“The country is going through its worse tragedy in the past 67 years, the Ecuadorean president said.
After visiting the affected areas after the earthquake for four days, President Rafael Correa said that the necessary massive reconstruction efforts will require five new tax measures in order to fund them – as allowed by the Constitution in a State of Exception.
“We have experienced the greatest tragedy in the last 67 years,” said Correa, adding that reconstruction will take years and cost billions of dollars.
His government will soon introduce the following measures to the country’s National Assembly:
Ecuadoreans will be taxed one day of salary if they earn up to a thousand dollars per month for one month, they will be taxed two months when they earn two thousand dollars per month, and so one – up to five months, on the principle of progressive taxation.
Sales tax will be raised by 2 points for one year, meaning from 12 percent to 14 percent.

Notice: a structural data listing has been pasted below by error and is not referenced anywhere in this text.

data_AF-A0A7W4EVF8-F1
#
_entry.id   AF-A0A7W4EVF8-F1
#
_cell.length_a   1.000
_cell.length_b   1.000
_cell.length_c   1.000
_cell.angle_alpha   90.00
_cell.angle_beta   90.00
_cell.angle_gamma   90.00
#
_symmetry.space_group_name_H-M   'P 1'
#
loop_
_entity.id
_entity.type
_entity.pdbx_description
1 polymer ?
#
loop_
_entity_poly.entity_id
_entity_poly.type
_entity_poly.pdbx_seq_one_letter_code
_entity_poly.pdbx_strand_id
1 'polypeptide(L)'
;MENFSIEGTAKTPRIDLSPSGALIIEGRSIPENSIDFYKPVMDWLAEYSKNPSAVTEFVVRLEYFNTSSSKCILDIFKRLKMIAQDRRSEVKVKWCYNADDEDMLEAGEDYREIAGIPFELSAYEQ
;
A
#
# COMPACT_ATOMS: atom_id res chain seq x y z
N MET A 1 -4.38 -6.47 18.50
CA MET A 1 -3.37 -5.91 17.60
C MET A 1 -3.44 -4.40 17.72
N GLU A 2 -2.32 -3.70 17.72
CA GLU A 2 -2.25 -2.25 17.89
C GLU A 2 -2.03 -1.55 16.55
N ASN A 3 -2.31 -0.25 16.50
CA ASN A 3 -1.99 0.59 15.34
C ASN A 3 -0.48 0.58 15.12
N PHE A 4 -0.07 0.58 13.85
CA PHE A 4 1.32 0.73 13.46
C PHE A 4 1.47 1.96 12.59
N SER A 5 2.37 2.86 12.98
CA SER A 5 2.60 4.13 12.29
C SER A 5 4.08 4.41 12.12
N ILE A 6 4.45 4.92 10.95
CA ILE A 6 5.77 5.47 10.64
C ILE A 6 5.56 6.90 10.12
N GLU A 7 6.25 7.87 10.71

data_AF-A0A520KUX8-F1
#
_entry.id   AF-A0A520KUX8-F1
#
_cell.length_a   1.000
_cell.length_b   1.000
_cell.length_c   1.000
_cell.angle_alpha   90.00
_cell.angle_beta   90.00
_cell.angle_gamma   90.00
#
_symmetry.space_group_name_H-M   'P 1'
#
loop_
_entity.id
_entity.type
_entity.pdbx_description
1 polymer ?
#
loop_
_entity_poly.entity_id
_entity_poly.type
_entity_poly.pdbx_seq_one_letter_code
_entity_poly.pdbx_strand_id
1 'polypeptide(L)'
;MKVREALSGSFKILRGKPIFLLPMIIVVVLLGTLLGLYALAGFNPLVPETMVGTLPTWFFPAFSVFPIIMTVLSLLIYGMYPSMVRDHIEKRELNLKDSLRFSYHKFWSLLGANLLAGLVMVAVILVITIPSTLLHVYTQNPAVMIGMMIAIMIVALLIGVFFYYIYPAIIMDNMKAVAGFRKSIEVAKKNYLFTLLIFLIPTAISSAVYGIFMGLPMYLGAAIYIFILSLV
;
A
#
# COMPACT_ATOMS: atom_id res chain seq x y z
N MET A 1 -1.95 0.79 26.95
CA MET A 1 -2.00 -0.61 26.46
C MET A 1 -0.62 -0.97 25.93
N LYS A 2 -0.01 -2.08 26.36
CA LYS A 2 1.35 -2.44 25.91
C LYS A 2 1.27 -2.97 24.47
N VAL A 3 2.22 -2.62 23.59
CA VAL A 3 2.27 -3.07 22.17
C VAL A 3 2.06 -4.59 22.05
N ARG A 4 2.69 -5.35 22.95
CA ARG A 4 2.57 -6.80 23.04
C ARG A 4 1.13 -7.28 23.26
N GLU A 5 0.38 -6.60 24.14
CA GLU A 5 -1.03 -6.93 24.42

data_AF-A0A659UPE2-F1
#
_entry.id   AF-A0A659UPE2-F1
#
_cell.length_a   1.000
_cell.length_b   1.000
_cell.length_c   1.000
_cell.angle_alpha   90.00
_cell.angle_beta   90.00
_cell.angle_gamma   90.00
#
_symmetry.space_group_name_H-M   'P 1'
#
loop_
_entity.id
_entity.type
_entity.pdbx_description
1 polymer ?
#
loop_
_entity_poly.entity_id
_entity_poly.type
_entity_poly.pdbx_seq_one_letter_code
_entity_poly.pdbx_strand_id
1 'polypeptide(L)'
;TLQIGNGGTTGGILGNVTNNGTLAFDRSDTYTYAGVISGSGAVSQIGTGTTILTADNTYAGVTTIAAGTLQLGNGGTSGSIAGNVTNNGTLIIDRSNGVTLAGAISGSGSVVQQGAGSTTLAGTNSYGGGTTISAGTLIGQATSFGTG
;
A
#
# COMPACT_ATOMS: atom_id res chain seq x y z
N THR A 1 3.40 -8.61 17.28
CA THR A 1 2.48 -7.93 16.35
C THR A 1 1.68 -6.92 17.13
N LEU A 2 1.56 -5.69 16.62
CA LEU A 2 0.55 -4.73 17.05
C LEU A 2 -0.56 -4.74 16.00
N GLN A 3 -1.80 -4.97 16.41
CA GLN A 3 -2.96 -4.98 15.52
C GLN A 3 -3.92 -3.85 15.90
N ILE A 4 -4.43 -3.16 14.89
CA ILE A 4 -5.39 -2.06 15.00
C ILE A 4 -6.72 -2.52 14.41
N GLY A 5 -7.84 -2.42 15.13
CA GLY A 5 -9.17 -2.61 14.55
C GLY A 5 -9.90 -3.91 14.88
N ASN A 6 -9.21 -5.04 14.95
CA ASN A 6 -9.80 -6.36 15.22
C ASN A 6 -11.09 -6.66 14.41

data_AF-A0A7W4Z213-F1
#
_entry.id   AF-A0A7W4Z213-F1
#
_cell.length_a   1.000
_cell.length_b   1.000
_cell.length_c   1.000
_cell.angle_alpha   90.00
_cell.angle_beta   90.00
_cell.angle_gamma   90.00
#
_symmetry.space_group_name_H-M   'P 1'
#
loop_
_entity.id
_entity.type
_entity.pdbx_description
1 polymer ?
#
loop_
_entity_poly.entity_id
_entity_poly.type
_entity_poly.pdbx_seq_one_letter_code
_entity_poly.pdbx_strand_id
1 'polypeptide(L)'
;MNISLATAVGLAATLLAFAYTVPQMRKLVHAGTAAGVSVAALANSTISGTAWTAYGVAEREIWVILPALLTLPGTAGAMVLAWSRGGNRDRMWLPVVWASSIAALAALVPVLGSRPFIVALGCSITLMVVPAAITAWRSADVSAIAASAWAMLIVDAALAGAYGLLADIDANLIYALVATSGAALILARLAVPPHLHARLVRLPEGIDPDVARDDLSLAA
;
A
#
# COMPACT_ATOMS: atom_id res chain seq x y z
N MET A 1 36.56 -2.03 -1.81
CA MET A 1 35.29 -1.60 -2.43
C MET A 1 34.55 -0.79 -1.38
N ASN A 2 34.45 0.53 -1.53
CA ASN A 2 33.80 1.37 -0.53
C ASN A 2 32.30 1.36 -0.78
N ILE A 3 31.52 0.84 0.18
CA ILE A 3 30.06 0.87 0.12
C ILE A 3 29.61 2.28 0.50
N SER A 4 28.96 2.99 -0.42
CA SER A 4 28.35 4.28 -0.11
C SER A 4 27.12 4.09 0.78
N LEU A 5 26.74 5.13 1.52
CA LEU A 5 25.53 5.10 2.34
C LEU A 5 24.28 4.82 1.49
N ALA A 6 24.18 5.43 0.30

Anyone who earns more than US$1 million will be taxed one time 0.9 percent per person.
A 3 percent tax will be imposed on company profits.
Some of the assets resulting from the recent public investment will be sold.
“The pain of one, is the pain of everyone,” he concluded, praising the collective effort made so far by individuals, state agencies, international organizations, and the private sector.
According to initial estimates, 90 percent of Jama and 95 percent of Canoa have been destroyed, reported teleSUR’s correspondent Lucho Granadas Cejas.
“Canoa, for example, lives mostly from tourism, and the damage will mean a drop of visitors, so residents will require immense help from the government,” Granadas Cejas said. In the province of Manabi, authorities estimate that 8,000 stores out of 18,000 have bee destroyed.
Ecuador has access to 600 million in lines of credit from various regional organizations, but the recovery costs are estimated to reach about 3 percent of GDP, approximately US$3 billion.
Taxes on income and profits accounts for just 4.1 percent of Ecuador’s GDP, compared to an average of 11.4 percent in OECD nations.